The low dollar is also helping tourism, which is at record levels, with more than 3 million people visiting the country – an increase of 7 percent over the previous year – boosted by increasing numbers from Australia and China. Overall, international visitors spent over $8 billion in New Zealand over the last 12 months.

On the construction front, while building activity in Christchurch is slowing, residential building permits have hit a 10-year high nationally, with 2,824 consented last month. Statistics New Zealand data shows that this was the highest number of new dwellings consented in a month since March 2005. The total value of consents for all buildings last month was $1.4 billion.

A great deal of the construction activity that is in the pipeline is for Auckland. In July, dwelling consents had risen 31 percent from a year ago, to 1,116, bringing it to the highest level since November 2004.

Much of the pressure on Auckland’s housing market is coming from the record rate of migration, with around half of the 55,000 annual arrivals moving there.

Since lending on housing makes up a half of all bank loans, the Reserve Bank has identified Auckland’s over-heated housing market as a potential threat to New Zealand’s financial stability.

Essentially, Auckland’s housing shortage is due to poor council planning. Obsessed with ‘urban containment’, insufficient land has been released for new housing to keep pace with demand.

The Productivity Commission has estimated the housing shortage to be in the region of 32,000 homes, with 13,000 new homes a year needed to accommodate the city’s growth. Consents are currently at around 8,700 a year.

To meet the increased need for houses, the government has established ‘special housing zones’ to fast-track the consent process. They are also freeing up Crown-owned property to help increase the supply of available land. But the problem is that building houses takes time, and with the current shortage and an increasing demand, Auckland house prices are on the rise.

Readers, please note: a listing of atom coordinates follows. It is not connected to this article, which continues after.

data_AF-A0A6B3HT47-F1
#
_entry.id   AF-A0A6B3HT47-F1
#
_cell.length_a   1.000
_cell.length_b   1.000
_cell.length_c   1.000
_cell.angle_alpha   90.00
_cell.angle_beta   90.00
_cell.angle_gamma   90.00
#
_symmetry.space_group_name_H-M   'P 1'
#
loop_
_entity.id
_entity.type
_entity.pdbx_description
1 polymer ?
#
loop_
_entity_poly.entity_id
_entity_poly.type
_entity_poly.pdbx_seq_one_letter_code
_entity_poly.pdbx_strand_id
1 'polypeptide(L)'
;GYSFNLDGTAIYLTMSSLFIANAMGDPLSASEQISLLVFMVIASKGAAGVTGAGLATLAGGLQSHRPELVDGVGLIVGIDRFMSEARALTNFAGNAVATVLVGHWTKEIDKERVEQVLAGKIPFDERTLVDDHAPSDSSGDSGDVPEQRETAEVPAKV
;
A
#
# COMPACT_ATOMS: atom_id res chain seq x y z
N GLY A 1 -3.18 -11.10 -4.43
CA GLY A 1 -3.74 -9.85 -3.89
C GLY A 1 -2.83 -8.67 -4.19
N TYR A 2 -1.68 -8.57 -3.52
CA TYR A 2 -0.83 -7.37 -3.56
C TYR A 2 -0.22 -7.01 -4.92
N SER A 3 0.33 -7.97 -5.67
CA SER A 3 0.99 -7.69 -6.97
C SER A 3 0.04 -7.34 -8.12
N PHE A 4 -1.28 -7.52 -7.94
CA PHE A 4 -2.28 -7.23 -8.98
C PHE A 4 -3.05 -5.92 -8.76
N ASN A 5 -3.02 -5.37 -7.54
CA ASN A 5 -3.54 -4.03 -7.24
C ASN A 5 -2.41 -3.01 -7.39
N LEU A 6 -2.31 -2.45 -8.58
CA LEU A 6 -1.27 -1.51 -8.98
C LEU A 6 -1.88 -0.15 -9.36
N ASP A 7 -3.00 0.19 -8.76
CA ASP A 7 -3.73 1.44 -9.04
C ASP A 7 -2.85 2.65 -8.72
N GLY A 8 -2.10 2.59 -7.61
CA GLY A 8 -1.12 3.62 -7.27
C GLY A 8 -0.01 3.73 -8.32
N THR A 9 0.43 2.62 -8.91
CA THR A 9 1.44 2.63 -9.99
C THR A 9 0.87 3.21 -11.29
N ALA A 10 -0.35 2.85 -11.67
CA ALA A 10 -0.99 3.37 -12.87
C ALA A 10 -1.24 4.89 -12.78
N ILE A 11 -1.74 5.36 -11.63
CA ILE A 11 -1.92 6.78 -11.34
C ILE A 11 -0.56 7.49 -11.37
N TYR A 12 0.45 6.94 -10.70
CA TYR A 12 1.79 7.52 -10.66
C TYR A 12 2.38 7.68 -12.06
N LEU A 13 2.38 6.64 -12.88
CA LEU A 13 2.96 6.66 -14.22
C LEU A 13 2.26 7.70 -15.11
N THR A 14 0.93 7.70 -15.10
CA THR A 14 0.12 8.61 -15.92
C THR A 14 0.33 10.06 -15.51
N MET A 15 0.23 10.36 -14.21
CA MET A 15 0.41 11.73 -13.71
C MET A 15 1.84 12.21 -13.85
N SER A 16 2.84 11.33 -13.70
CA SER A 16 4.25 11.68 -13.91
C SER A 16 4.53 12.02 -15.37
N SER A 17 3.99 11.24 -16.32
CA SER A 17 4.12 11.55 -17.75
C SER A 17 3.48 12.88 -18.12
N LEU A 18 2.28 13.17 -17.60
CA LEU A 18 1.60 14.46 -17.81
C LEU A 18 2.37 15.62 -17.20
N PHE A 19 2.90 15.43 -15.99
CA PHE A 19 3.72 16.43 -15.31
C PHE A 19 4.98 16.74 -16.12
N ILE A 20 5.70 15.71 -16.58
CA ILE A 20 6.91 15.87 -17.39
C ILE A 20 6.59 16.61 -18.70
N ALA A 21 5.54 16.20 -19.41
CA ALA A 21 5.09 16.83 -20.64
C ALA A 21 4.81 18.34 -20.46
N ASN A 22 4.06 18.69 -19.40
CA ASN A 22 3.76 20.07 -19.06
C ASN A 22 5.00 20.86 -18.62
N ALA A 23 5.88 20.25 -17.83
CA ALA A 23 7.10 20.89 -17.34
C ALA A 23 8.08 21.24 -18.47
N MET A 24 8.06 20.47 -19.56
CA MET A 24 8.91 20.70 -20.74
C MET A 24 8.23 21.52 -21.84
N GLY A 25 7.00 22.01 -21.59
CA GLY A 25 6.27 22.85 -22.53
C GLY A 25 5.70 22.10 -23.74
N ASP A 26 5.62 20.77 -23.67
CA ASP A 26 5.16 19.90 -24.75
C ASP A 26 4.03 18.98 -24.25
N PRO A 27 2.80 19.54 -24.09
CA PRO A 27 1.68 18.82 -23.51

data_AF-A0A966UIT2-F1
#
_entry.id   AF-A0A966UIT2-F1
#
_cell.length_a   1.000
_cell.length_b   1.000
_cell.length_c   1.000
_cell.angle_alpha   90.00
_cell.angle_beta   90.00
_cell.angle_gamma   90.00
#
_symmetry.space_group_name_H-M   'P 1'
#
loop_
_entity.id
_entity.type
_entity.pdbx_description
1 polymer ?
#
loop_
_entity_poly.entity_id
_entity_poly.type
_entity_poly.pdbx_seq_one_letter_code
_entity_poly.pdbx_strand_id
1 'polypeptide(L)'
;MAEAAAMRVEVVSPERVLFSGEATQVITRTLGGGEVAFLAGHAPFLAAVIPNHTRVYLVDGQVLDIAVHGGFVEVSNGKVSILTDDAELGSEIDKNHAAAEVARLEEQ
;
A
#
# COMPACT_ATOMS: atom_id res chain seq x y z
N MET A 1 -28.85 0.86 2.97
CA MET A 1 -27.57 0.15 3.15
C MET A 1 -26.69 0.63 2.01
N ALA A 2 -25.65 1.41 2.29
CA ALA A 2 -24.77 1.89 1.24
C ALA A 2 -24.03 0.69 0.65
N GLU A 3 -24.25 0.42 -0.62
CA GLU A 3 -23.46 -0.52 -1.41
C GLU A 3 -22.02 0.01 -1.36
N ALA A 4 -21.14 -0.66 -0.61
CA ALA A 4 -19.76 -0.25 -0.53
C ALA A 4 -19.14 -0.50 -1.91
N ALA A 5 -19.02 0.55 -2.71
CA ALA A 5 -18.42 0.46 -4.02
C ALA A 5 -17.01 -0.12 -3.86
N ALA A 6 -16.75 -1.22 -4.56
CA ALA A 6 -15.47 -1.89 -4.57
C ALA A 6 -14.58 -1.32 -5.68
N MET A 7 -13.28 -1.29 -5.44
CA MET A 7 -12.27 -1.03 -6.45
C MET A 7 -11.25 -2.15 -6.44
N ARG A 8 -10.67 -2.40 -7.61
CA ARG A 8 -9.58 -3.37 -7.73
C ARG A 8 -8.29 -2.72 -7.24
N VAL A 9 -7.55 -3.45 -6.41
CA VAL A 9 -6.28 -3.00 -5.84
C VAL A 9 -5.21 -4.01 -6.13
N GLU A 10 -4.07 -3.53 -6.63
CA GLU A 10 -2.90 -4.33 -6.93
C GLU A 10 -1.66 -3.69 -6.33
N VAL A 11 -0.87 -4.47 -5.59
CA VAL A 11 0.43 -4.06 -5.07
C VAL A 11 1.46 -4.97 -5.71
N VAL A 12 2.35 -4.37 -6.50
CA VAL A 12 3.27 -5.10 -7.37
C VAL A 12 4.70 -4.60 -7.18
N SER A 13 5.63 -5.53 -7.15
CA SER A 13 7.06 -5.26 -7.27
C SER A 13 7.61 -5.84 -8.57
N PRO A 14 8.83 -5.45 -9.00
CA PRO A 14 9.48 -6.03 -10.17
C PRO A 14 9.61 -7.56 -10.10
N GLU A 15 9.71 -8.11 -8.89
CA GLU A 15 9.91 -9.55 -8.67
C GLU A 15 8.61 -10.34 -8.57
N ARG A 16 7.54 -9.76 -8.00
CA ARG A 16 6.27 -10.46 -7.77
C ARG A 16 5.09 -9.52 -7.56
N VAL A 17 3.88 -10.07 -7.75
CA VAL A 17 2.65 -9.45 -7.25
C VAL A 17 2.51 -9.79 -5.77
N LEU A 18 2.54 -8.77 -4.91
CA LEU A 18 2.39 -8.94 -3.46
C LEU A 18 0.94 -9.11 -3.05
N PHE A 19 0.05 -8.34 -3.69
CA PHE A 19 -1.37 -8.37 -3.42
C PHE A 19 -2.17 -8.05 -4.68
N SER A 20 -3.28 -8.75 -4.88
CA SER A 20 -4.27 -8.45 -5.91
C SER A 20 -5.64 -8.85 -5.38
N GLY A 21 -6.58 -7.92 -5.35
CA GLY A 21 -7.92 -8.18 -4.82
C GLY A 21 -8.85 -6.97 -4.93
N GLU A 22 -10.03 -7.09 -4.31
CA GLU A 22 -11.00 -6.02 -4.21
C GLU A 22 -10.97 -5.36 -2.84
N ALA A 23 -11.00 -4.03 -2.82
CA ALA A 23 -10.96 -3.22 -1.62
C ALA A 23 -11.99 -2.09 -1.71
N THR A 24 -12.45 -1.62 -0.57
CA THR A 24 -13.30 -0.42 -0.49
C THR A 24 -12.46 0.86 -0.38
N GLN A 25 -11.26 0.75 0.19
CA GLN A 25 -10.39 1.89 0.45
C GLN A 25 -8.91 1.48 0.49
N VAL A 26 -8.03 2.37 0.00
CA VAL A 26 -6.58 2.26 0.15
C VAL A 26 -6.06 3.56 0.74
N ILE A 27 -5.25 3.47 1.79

According to the latest Real Estate Institute of New Zealand figures for July, Auckland house prices have risen 25 percent over the past year, compared to a 3 percent rise for the rest of the country. The volume of house sales is also picking up in other areas such as Waikato, Bay of Plenty and Northland.

Last month the Herald reported that an ‘economic migration’ is taking place, as increasing numbers of Aucklanders cash up and leave. From April to June, 873 Auckland home-owners sold up for the Waikato or Tauranga, up from 793 in the January to March quarter, and a significant increase from the last quarter of 2010, when just 300 Aucklanders left for those regions.

The economics stack up. Aucklanders moving to Tauranga are selling for an average $770,000 and buying for an average $533,000, leaving them with an average difference of $237,000. Those moving to the Waikato are selling for an average $642,000 and buying for an average $398,000, leaving a difference of $244,000.

Many are leaving for the lifestyle, swapping hours a week of commuting on congested roads for more time with the family. But who can question the appeal of life without a hefty mortgage – and with money in the bank!

The Reserve Bank is also concerned about the increasing presence of property investors in the Auckland housing market. They accounted for 41 percent of all Auckland market sales in June 2015, up from 33 percent in late 2013.

The point is that after the Global Financial Crisis, the Basel Committee on Banking Supervision recommended that central banks should treat property investors as a separate ‘asset class’ that, in the event of a market correction, has a higher risk of default than owner-occupiers.

Accordingly, the Reserve Bank now requires trading banks not only hold more capital against property investor loans, but from November, to apply new Loan-to-Value-Ratio (LVR) limits on lending that will require a minimum 30 percent deposit on residential property in the Auckland Council area. Investors who are cash buyers or have borrowed offshore will not be affected.

The Reserve Bank also considers borrowers with less than 20 percent deposit for the purchase of a residential property as being at high-risk, and requires banks to restrict lending to these high LVR borrowers to no more than 10 percent of the dollar value of all new residential mortgage lending (except for loans on new housing). The LVR restrictions outside of Auckland have now been relaxed to 15 percent.

To help dampen the Auckland property market, the government has tightened the ‘intention’ test, so that any gain from residential property sales – apart from a family home – within two years of purchase, will be taxable as income at the taxpayer’s marginal rate.